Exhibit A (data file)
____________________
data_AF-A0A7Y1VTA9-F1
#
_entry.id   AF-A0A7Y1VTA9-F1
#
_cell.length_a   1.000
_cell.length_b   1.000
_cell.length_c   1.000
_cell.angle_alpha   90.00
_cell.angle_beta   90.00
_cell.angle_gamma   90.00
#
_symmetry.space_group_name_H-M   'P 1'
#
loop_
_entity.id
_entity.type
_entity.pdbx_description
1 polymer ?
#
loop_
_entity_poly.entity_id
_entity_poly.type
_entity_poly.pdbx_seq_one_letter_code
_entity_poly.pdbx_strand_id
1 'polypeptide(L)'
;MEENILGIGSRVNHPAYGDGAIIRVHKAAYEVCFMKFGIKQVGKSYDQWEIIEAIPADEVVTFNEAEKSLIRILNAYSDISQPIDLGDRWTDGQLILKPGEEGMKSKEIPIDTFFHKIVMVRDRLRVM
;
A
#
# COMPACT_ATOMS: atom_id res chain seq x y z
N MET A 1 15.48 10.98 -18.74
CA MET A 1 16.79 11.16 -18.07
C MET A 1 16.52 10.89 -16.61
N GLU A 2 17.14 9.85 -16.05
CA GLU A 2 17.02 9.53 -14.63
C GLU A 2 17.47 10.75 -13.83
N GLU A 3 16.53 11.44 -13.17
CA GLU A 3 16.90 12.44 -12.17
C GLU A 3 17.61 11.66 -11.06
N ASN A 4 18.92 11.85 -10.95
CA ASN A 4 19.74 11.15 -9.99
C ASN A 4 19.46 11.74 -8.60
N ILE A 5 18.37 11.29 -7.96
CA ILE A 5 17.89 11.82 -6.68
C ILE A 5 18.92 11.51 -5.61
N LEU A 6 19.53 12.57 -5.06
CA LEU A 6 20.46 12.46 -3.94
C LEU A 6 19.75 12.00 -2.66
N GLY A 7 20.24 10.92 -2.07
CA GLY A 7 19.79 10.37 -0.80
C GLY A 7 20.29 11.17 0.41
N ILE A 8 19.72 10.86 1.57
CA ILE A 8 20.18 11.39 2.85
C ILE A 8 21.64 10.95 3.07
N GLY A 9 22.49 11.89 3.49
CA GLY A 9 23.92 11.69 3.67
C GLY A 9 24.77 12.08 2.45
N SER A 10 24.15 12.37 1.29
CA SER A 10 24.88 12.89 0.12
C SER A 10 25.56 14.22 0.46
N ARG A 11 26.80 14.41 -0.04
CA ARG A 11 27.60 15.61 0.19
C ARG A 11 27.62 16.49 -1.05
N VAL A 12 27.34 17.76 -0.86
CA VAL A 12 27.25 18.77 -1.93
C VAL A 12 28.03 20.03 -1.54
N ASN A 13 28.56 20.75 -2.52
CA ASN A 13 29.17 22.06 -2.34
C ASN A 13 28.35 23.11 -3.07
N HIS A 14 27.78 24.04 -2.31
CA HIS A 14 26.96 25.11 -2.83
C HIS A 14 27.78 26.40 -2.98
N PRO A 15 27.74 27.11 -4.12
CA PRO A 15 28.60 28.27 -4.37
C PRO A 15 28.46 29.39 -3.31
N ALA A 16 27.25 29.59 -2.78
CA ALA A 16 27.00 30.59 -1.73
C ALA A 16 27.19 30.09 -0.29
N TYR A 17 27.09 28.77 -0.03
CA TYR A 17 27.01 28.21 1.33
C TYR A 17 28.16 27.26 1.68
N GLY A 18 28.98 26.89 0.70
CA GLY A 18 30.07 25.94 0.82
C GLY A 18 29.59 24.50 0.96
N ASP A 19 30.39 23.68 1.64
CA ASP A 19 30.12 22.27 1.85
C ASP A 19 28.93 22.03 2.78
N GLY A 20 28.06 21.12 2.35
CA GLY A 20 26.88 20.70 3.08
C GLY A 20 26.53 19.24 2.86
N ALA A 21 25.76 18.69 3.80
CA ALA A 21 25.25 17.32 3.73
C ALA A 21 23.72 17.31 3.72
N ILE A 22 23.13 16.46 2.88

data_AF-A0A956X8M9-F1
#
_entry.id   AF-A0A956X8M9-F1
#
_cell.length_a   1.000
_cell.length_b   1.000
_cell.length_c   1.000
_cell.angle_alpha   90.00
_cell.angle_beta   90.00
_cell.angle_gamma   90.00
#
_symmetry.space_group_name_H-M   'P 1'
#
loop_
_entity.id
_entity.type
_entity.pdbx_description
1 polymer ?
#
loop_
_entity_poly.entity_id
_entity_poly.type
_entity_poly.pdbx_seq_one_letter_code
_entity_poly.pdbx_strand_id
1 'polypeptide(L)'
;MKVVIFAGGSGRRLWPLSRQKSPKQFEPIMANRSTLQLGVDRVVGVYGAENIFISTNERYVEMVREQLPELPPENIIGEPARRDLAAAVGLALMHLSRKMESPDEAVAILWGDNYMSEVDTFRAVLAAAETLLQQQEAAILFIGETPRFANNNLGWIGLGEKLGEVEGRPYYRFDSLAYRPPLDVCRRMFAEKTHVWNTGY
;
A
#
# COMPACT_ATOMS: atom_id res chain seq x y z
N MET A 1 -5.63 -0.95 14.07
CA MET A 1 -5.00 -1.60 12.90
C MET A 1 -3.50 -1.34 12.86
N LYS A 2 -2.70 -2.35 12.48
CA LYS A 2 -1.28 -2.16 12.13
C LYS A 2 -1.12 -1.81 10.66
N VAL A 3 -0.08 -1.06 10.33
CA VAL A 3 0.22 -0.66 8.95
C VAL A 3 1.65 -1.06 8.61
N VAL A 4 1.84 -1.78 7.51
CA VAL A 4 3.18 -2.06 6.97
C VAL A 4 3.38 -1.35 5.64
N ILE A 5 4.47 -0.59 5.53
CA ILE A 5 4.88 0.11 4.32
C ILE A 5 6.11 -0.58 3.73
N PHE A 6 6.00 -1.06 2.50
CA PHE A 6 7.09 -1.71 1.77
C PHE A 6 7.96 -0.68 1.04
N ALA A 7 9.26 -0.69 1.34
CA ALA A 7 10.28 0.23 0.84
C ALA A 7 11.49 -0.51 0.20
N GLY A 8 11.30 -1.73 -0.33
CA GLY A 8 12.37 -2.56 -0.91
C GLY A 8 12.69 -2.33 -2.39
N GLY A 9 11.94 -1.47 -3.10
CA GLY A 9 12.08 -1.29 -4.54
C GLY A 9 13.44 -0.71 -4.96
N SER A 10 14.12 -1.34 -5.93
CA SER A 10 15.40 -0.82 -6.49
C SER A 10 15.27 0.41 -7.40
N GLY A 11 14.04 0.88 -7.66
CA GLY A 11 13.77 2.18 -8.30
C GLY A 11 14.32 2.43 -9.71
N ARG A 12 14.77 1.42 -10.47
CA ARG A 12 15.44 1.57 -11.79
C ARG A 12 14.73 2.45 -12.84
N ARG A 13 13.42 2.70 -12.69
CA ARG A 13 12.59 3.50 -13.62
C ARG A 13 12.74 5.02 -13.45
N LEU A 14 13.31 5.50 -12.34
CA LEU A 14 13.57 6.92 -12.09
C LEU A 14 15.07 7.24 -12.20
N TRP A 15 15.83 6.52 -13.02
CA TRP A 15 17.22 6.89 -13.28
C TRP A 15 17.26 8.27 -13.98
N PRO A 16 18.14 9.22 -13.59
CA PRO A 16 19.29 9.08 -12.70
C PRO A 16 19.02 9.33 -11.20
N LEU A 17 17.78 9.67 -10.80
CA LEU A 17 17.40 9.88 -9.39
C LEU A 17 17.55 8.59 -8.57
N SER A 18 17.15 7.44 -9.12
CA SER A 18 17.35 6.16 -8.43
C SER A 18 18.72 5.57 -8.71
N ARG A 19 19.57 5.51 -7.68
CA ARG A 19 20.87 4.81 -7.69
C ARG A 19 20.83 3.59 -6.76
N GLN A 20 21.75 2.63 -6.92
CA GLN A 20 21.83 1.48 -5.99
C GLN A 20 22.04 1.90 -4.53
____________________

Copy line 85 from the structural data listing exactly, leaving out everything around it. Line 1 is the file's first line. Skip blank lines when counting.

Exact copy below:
N ASP A 19 30.39 23.68 1.64